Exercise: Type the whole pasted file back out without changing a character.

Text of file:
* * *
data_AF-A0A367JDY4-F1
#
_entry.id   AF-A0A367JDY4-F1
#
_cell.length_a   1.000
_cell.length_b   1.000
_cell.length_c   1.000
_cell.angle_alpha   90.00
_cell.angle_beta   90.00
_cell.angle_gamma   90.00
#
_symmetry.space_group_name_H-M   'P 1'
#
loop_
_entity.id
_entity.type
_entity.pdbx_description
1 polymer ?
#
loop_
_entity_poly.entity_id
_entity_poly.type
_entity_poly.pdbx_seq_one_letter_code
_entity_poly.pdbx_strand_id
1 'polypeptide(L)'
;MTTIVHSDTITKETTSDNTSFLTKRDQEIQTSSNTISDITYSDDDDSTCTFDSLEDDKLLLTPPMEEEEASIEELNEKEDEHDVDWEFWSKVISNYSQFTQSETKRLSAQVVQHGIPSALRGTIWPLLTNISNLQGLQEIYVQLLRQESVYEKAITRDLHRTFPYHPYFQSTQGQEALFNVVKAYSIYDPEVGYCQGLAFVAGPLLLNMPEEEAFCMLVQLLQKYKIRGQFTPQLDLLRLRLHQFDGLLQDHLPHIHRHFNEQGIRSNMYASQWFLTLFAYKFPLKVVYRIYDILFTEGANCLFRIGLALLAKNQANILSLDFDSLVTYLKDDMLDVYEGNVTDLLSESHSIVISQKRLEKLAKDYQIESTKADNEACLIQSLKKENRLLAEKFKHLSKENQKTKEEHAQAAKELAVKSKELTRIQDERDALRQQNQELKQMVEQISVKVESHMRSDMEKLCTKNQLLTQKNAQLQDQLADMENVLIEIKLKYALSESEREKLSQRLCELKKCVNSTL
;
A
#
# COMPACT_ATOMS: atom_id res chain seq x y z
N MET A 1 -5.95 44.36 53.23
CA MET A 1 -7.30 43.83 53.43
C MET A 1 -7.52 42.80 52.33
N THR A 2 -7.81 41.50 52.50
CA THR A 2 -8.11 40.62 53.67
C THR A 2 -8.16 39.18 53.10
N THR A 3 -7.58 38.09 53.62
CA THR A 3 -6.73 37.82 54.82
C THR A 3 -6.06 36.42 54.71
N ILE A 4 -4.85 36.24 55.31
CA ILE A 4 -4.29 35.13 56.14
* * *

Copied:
data_AF-A0A367JDY4-F1
#
_entry.id   AF-A0A367JDY4-F1
#
_cell.length_a   1.000
_cell.length_b   1.000
_cell.length_c   1.000
_cell.angle_alpha   90.00
_cell.angle_beta   90.00
_cell.angle_gamma   90.00
#
_symmetry.space_group_name_H-M   'P 1'
#
loop_
_entity.id
_entity.type
_entity.pdbx_description
1 polymer ?
#
loop_
_entity_poly.entity_id
_entity_poly.type
_entity_poly.pdbx_seq_one_letter_code
_entity_poly.pdbx_strand_id
1 'polypeptide(L)'
;MTTIVHSDTITKETTSDNTSFLTKRDQEIQTSSNTISDITYSDDDDSTCTFDSLEDDKLLLTPPMEEEEASIEELNEKEDEHDVDWEFWSKVISNYSQFTQSETKRLSAQVVQHGIPSALRGTIWPLLTNISNLQGLQEIYVQLLRQESVYEKAITRDLHRTFPYHPYFQSTQGQEALFNVVKAYSIYDPEVGYCQGLAFVAGPLLLNMPEEEAFCMLVQLLQKYKIRGQFTPQLDLLRLRLHQFDGLLQDHLPHIHRHFNEQGIRSNMYASQWFLTLFAYKFPLKVVYRIYDILFTEGANCLFRIGLALLAKNQANILSLDFDSLVTYLKDDMLDVYEGNVTDLLSESHSIVISQKRLEKLAKDYQIESTKADNEACLIQSLKKENRLLAEKFKHLSKENQKTKEEHAQAAKELAVKSKELTRIQDERDALRQQNQELKQMVEQISVKVESHMRSDMEKLCTKNQLLTQKNAQLQDQLADMENVLIEIKLKYALSESEREKLSQRLCELKKCVNSTL
;
A
#
# COMPACT_ATOMS: atom_id res chain seq x y z
N MET A 1 -5.95 44.36 53.23
CA MET A 1 -7.30 43.83 53.43
C MET A 1 -7.52 42.80 52.33
N THR A 2 -7.81 41.50 52.50
CA THR A 2 -8.11 40.62 53.67
C THR A 2 -8.16 39.18 53.10
N THR A 3 -7.58 38.09 53.62
CA THR A 3 -6.73 37.82 54.82
C THR A 3 -6.06 36.42 54.71
N ILE A 4 -4.85 36.24 55.31
CA ILE A 4 -4.29 35.13 56.14